Adventures with HTC Vive Pro

I hear great things about the $800 HTC Vive Pro virtual reality headset -- except when I ordered it, I couldn't install the software.

|The Volokh Conspiracy |

I've been experimenting with an HTC Vive virtual reality headset for some time—I think VR is going to be huge, though it's still early days yet. I recall that the system was a pain to install back in 2016, but I finally got it to work.

A couple of days ago, I saw a great review of the new version, the HTC Vive Pro, which is basically $800 (not include the controllers and base stations, which I have from the old system). So I bought it—and now I can't install it. I go into the live chat, and they tell me that I need to install the new version of the software, after uninstalling the old, something the installation instructions were unclear on. I faithfully uninstall the old version, but when I go to the URL I was given for the download, I can't find anything to download there.

I ask the tech support person what to do, and I'm told,

Could you try at a later time? I think we have some technical issues regarding the software and we forwarded the issue to our headquarters.

Really? They're selling the new hardware, but the software for it—which apparently must have worked at some point—is just unavailable, until some unspecified "later time"? Yow.

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  1. Really? They’re selling the new hardware, but the software for it — which apparently must have worked at some point — is just unavailable, until some unspecified “later time”? Yow.

    No. Of course they shouldn’t do that, but I’ve had similar experience with at least one big well-known tech company. The software didn’t work right, and updates were repeatedly promised, etc. I suspect we are not alone.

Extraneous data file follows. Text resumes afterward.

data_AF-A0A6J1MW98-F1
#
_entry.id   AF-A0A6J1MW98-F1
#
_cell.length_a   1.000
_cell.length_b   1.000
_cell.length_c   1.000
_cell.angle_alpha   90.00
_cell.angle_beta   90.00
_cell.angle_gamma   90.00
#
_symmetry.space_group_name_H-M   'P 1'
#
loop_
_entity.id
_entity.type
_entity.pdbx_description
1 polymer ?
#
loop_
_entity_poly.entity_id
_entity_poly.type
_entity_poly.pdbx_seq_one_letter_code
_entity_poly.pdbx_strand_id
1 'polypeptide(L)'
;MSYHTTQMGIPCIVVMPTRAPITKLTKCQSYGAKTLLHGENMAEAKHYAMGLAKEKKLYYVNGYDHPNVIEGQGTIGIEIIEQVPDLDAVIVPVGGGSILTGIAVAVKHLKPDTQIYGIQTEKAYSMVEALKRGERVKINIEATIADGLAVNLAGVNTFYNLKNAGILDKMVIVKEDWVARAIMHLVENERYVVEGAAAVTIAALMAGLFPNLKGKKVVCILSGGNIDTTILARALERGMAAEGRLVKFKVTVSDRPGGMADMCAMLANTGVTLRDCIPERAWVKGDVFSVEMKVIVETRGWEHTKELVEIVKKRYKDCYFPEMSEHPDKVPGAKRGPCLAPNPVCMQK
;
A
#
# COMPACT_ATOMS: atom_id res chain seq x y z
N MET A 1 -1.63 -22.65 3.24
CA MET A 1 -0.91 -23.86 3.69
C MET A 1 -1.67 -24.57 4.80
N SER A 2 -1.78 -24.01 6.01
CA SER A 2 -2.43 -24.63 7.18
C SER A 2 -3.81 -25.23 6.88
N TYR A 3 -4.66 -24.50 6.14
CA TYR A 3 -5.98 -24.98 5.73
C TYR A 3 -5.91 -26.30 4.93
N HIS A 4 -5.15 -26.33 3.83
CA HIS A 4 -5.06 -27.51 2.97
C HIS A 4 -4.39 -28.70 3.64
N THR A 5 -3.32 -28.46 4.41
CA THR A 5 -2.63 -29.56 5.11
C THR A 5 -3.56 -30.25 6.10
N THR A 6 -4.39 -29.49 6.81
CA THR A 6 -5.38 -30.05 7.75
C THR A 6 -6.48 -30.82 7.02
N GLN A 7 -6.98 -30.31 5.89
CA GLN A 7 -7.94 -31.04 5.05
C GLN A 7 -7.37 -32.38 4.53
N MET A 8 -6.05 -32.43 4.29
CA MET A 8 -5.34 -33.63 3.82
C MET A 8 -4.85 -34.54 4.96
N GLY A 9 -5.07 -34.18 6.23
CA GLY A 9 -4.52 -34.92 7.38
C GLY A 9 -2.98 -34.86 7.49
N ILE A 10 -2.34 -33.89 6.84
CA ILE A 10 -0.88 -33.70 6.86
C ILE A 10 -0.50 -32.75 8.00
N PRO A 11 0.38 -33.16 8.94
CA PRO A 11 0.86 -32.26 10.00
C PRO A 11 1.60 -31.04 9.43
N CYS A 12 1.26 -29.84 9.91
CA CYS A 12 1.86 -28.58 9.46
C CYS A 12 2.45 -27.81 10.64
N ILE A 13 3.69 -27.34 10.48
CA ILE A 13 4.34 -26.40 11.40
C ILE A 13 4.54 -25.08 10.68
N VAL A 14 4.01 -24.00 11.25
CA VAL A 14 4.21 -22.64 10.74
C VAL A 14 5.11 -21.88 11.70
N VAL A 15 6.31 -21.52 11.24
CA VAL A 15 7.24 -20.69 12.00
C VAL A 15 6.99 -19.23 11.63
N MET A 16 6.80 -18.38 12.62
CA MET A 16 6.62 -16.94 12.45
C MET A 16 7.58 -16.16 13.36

1. IT/Computer tech industries have a long history of companies trying to sell vaporware.

  2. Buy a PlayStation 4 and a Playstation VR. Lots of content, easy to install, and its the best selling VR system out there.

  3. I really think people are dismissing VR/AR too quickly. The tech is just not quite there just yet in terms of motion sickness/or AR in general, but it does still seem to be the future of gaming. But saying its dead just because the Oculus and Vive arent doing quite as well seems a bit short sighted like thinking video games were dead and everybody would be watching tv and playing hopscotch forever after during the crash of the 80s.

    1. The main problem with motion sickness (vertigo) comes from the disconnect between the visual vs other senses (especially the inner ear.) I had one freefall where my body said I was standing upright then the back ramp opened and my eyes told me the plane was in a bank. Almost puked in the oxygen mask! The same occurs with pilots in a flat (death) spin; they’ve spun to the point that the inner ear resets while the visual & instruments say they are still spinning.

  4. Having worked for a similar outfit, with poor procedural control of public facing entities like software download pages and poor software quality, “technical issues” are often a symptom. The question is “How often does this happen?” Which a single user on a single visit cannot assess. Everyone has problems, and some are even out of their control.

    Google, Facebook, and Amazon have had some widespread, high impact hiccups. But not very often. Miscrosoft? Constantly.

    Give it a day or two ? if it’s not fixed, I’d suggest abandoning that ship for another.

  5. “Dear Mr. Volokh. Thank you for participating in the beta test of the HTC vive pro.”

  6. Early days indeed

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